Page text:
Monthly Gardening Guide Guest post by Erin aka @hortihunny
I can’t believe it’s May already! In many areas May is considered the start of summer but in Scotland it can still be very cool so keep a close eye on the weather forecast when preparing the garden for a successful summer of growing. The evenings are longer and the extra hours of sunshine take the pressure off as you don’t have to cram the jobs into a few short hours. Try to enjoy the warmer days and last bits of preparation before a busy summer of harvesting in the garden.
No Mow May is a campaign which encourages you to let your grass grow for the month of May. We’ve become used to having immaculate lawns and this approach to rewilding can help flowering plants such as clover and dandelion thrive, attracting many pollinators and wildlife.
If No Mow is not for you, maintain your lawn by adding lawn seed to bare patches and watering it in dry weather. Our Top Dressing will help keep it looking in tiptop condition.
Pruning and Deadheading
Many early spring flowering shrubs can be pruned back after they’ve flowered such as:
- Forsythia, Spirea
Deadhead rhododendrons and azaleas once the flowers have gone over by snapping the hades off, avoiding new leaf growth where possible. Deadhead spring flowering bulbs once they have gone over and leave foliage to go brown and recharge.
Keep a close eye on the weather this month. May can be a real mixed bag. It can still get to freezing point overnight so make sure you’re prepared to keep your seedlings and delicate plants warm with some fleece or bubble wrap if there’s going to be a frost. If it hasn’t rained in a few days, give containers and borders a good watering either early in the morning or later in the afternoon. Open the greenhouse doors on warm days to improve ventilation.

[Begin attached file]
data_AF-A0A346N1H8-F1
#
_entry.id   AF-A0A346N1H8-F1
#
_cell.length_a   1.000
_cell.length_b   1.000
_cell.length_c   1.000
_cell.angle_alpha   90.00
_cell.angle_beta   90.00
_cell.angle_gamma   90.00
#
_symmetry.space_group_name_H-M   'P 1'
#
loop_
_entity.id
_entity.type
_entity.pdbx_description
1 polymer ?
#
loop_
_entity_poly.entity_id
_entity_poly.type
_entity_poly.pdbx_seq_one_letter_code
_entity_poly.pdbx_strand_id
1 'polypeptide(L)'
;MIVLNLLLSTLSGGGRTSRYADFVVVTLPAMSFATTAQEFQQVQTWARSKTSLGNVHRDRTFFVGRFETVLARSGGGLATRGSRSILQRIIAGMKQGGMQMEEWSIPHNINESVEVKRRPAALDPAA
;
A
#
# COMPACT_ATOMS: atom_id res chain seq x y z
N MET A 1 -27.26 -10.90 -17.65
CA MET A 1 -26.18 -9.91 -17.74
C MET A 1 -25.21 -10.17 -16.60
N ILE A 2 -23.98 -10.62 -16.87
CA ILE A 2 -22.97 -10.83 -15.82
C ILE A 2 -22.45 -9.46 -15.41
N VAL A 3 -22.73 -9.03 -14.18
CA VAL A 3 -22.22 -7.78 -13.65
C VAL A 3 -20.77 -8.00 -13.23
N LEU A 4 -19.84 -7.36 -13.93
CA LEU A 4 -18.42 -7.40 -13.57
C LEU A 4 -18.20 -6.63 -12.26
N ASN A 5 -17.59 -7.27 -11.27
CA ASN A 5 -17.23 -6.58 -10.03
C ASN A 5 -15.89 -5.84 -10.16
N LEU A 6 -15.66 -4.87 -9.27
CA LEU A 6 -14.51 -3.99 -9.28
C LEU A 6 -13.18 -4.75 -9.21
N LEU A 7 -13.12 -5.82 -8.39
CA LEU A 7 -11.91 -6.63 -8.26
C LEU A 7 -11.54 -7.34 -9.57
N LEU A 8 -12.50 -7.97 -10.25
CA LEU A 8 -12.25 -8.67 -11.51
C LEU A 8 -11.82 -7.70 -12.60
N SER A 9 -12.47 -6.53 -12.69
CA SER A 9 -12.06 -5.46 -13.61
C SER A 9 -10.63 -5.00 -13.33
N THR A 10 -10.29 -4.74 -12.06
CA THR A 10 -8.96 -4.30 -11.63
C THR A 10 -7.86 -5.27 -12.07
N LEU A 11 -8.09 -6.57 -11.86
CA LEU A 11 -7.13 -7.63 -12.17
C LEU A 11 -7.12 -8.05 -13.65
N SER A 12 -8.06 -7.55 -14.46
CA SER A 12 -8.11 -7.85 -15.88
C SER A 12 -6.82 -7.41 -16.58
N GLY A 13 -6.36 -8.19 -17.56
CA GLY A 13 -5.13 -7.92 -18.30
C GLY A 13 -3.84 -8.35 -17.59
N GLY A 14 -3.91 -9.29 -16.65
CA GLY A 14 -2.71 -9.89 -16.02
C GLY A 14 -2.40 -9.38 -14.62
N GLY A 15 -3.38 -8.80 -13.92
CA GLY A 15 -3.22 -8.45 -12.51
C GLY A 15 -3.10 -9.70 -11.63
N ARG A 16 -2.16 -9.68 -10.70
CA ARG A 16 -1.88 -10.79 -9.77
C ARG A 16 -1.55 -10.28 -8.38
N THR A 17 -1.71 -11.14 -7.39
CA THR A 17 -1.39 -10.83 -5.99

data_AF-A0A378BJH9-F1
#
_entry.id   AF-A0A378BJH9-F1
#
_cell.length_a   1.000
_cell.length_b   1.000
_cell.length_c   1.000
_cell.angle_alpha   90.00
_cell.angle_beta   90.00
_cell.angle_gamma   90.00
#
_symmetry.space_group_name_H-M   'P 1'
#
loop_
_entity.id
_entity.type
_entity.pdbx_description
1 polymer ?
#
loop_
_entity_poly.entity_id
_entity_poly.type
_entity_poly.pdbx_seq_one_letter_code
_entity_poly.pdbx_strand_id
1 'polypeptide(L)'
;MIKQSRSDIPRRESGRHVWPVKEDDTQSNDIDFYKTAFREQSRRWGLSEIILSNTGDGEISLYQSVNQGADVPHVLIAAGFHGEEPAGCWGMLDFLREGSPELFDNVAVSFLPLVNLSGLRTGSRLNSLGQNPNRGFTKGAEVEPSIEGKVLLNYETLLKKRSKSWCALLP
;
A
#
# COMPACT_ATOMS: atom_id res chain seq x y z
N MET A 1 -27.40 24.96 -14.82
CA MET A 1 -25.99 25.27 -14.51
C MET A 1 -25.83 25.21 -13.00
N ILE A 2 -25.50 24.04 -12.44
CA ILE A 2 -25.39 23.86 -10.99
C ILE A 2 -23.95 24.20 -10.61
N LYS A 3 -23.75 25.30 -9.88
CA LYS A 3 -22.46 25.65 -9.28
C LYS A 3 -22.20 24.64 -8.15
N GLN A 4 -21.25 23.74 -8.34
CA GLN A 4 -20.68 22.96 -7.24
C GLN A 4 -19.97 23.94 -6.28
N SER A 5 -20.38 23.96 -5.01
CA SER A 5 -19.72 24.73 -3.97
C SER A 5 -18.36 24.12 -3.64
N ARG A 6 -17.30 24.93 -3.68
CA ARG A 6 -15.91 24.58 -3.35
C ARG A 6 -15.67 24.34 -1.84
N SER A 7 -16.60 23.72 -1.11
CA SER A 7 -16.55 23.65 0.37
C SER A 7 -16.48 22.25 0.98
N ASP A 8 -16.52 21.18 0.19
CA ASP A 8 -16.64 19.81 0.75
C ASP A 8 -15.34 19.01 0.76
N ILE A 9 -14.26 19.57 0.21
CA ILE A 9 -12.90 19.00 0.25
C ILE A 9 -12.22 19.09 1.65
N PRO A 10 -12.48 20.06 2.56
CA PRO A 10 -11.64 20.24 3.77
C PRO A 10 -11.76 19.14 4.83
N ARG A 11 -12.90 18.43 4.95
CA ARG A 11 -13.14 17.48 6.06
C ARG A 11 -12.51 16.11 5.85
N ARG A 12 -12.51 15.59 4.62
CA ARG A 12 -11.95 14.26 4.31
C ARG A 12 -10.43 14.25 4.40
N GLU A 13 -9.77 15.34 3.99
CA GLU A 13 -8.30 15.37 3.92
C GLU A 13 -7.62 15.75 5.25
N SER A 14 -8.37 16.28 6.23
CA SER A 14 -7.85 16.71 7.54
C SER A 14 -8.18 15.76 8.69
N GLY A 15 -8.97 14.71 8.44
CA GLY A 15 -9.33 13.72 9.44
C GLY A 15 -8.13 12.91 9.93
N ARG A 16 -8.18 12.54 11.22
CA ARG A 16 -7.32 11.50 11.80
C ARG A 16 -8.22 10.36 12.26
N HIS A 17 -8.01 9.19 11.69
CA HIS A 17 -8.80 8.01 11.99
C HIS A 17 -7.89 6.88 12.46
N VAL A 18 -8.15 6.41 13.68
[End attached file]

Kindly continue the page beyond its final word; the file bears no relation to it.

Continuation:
- Vegetable seeds can be sown directly into the ground including broad beans, peas, lettuce, spinach, chard, carrots
- Plant main crop potatoes
- Summer bulbs such as gladioli and lilies can be planted
- Tubers like dahlias and geraniums can be planted into the ground
- Plant out your sweet peas once they’ve been hardened off for a few days
- Sow hardy annuals such as Sunflowers, Cornflowers, Zinnia, Nasturtium, Calendula, Nigella, where they are to flower
The shops are full of colourful bedding plants at the moment. It can be very tempting to plant them straight away but try to let them harden off before putting them in the ground/pots/baskets. They’ve been grown in perfect conditions for selling to customers and they don’t like the cold. Water them early in the day and if it’s going to be frosty, move your pots into shelter if you can. It’s often best to wait until late May/early June (during a warm spell) before planting bedding plants like: